|Nexus - Spring 1999 Issue|
Bringing Care to the Dominican Republic - NYUCD Continues to Show Its Heart in Free Clinic
Also as on previous trips, the NYU Dental Outreach Team was received with great enthusiasm. Team members were welcomed at the airport by the director for oral health services of the Dominican Department of Health, who also visited the outreach site during the week, and the event was given wide media coverage. However, the number of people who wanted to be treated far outweighed the team's ability to provide quality care.
Dr. Lidia Kiremidjian-Schumacher, the team leader, said that more team members are needed. "We went with 20 NYU team members and treated 843 patients," said Dr. Kiremidjian-Schumacher. "If we had had a 50 percent increase in personnel -- 30 members -- we easily could have treated double that number."
"The problem," she continued, "is financing, especially for transportation. The NYU College of Dentistry and the Minority Oral Health Research Center have consistently provided funds; Colgate-Palmolive's Dominican Republic component has provided a mobile unit and 'gift bags' for distribution at all the sites we visited, and Cabarete Palm Beach Condos have provided free accommodations and the services of their management staff at the outreach sites.
"In addition, the Dominican Air Force provided armed guards 24 hours a day, local establishments provided free food, and community members assisted in the various aspects of running the program. But we have severely limited transportation funds. Recently, American Airlines made a generous gift to help defray transportation costs. We eagerly seek more private supporters like American Airlines to help us meet this need so that we can bring along more team members and treat more people. The oral health needs of the Dominican population are severe beyond anything seen in even the most underserved areas in the United States, and right now the only hope for improving the oral health status of Dominicans rests with NYUCD's ability to continue to work with the health department of the Dominican Republic and the dental association of the Dominican Republic to gather data and to assess and use this data as the basis for developing effective dental public health programs."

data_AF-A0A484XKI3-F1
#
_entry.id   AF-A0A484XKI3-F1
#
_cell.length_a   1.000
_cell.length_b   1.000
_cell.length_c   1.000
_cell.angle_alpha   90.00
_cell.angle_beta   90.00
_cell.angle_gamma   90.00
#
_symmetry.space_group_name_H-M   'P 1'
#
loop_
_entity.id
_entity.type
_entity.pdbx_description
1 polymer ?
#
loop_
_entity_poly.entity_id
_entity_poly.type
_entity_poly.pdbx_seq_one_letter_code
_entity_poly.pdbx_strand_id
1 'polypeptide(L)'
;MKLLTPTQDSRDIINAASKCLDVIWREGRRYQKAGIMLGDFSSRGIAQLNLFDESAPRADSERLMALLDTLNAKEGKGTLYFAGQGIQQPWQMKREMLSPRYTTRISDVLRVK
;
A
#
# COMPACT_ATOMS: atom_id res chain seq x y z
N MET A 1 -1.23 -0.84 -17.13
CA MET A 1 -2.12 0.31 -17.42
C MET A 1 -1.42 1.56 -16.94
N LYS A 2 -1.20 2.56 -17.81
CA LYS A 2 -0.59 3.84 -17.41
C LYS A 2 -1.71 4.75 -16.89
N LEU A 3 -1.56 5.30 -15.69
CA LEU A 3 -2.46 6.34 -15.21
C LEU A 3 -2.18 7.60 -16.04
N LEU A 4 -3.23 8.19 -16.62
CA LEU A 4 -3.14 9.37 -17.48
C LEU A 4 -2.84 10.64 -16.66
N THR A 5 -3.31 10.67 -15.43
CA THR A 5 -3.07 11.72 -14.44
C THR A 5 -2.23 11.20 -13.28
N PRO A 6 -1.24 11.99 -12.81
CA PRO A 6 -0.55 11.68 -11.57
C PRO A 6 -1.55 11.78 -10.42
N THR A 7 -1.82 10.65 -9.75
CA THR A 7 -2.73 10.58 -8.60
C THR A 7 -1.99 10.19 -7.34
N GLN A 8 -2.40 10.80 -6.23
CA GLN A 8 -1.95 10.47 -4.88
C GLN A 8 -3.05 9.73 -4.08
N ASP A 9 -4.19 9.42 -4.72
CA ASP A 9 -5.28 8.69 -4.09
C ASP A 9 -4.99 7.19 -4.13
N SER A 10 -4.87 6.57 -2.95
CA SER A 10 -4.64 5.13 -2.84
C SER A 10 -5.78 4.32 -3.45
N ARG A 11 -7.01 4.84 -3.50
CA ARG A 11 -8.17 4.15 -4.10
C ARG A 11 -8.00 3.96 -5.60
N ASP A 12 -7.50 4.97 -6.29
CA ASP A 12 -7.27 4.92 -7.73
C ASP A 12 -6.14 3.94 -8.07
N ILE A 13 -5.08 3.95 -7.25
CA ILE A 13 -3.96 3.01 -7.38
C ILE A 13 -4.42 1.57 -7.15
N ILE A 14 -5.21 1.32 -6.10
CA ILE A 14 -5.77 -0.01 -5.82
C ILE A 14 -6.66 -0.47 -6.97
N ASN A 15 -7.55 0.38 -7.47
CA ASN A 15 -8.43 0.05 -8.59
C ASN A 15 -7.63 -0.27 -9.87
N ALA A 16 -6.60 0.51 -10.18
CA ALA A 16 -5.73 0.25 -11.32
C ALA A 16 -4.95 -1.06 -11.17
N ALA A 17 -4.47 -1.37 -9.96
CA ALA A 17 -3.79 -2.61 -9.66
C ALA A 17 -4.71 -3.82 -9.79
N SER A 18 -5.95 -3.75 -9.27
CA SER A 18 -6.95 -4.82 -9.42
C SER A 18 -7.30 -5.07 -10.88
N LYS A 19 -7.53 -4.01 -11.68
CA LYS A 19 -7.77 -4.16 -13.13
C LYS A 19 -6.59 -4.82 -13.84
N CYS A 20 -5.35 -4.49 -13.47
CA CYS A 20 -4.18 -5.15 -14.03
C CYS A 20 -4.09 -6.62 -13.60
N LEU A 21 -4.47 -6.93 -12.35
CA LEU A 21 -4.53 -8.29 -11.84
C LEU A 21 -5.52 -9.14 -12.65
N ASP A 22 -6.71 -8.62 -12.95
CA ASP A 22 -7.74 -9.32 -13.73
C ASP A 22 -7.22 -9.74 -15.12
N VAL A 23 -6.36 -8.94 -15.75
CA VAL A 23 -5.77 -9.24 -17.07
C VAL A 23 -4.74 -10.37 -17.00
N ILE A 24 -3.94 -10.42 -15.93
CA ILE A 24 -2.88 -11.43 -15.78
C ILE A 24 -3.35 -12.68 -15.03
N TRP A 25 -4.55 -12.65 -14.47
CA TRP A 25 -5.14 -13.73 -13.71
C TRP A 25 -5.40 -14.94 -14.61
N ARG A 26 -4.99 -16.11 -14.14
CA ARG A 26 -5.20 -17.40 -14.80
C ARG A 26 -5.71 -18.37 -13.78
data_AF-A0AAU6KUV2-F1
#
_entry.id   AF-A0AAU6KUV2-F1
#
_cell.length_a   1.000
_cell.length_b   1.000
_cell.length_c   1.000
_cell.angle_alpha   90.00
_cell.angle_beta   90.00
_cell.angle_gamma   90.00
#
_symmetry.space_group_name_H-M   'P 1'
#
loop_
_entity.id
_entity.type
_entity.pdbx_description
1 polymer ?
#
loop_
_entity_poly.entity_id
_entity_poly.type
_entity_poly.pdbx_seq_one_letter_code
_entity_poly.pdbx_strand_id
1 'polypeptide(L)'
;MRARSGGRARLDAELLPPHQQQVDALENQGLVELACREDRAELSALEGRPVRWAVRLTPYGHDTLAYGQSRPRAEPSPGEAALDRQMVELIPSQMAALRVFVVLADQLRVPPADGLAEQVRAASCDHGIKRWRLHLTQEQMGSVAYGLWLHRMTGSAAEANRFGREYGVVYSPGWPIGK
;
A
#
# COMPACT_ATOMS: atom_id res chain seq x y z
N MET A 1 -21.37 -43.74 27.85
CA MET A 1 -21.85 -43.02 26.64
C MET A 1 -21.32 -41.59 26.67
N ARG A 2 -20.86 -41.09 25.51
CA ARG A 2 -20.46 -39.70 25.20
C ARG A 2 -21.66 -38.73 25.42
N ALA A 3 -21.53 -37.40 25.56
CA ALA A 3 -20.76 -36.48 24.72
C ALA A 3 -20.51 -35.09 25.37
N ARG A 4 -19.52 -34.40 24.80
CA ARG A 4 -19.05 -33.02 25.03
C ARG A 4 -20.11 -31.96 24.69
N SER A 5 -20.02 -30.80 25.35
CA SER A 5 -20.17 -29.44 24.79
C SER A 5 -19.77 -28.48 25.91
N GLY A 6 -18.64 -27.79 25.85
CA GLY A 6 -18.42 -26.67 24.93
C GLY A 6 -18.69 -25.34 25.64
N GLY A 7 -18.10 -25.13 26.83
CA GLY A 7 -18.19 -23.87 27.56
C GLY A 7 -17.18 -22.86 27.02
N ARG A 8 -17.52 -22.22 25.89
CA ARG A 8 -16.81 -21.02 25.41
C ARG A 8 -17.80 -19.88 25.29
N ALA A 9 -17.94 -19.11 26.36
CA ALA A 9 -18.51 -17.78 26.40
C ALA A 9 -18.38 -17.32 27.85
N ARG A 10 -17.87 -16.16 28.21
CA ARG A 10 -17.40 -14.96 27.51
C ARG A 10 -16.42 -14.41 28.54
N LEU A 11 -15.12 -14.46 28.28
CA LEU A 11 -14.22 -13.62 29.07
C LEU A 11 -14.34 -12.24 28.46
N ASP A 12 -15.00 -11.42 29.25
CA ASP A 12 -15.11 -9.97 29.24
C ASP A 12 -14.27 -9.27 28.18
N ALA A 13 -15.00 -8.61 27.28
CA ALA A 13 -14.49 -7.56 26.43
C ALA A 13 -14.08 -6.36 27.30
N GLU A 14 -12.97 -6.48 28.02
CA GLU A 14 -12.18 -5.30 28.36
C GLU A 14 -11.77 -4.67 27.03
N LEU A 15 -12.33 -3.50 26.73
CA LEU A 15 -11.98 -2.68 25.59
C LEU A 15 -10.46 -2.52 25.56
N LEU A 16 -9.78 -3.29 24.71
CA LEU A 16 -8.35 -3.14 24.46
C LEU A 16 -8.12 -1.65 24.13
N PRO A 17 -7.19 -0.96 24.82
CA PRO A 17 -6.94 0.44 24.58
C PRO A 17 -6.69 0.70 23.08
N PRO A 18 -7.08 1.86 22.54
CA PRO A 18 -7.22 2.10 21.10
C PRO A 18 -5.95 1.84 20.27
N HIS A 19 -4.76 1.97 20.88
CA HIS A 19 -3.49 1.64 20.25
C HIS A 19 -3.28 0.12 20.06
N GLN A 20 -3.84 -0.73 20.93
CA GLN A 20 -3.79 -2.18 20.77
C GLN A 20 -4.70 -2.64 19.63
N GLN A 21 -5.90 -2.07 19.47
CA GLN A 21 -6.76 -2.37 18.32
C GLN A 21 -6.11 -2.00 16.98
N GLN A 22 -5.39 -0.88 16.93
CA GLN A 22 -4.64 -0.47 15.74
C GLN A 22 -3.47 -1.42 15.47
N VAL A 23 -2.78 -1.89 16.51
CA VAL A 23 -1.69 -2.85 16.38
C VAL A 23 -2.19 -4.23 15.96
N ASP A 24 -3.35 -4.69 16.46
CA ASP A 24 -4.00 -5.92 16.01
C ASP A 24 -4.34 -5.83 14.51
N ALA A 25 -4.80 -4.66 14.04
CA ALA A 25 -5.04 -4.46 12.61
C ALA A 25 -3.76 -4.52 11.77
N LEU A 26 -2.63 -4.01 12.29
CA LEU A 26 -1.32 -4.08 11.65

One example in particular underscores the life-changing importance of the team's work. It concerns a condition that is especially prevalent in the Dominican Republic, ankyloglossia -- more commonly known as "tongue-tie" -- a congenital defect in which the tongue is affixed to the floor of the mouth. Fortunately, the remedy is very simple -- a two-minute surgical procedure that permits the tongue to return to a normal position. In the Dominican Republic, however, the condition typically goes untreated and, as a result, many children are never able to speak or eat normally.
After the first child suffering from tongue-tie -- a nine-and-a-half-year-old boy -- was successfully treated by the NYU team, word spread rapidly throughout the area, and the next day five additional children and adults came for treatment.
"Within minutes," said Dr. Kiremidjian-Schumacher, "we were able to change these people's lives. All of us involved with this project recognize how privileged we are to be able to make an impact of that kind in a community in such dire need. With the country's resources now dedicated to recovery from Hurricane Georges, and less money than ever available for dental public health programs, we have intensified our commitment to help alleviate the immense oral health burden of the Dominican government and its people."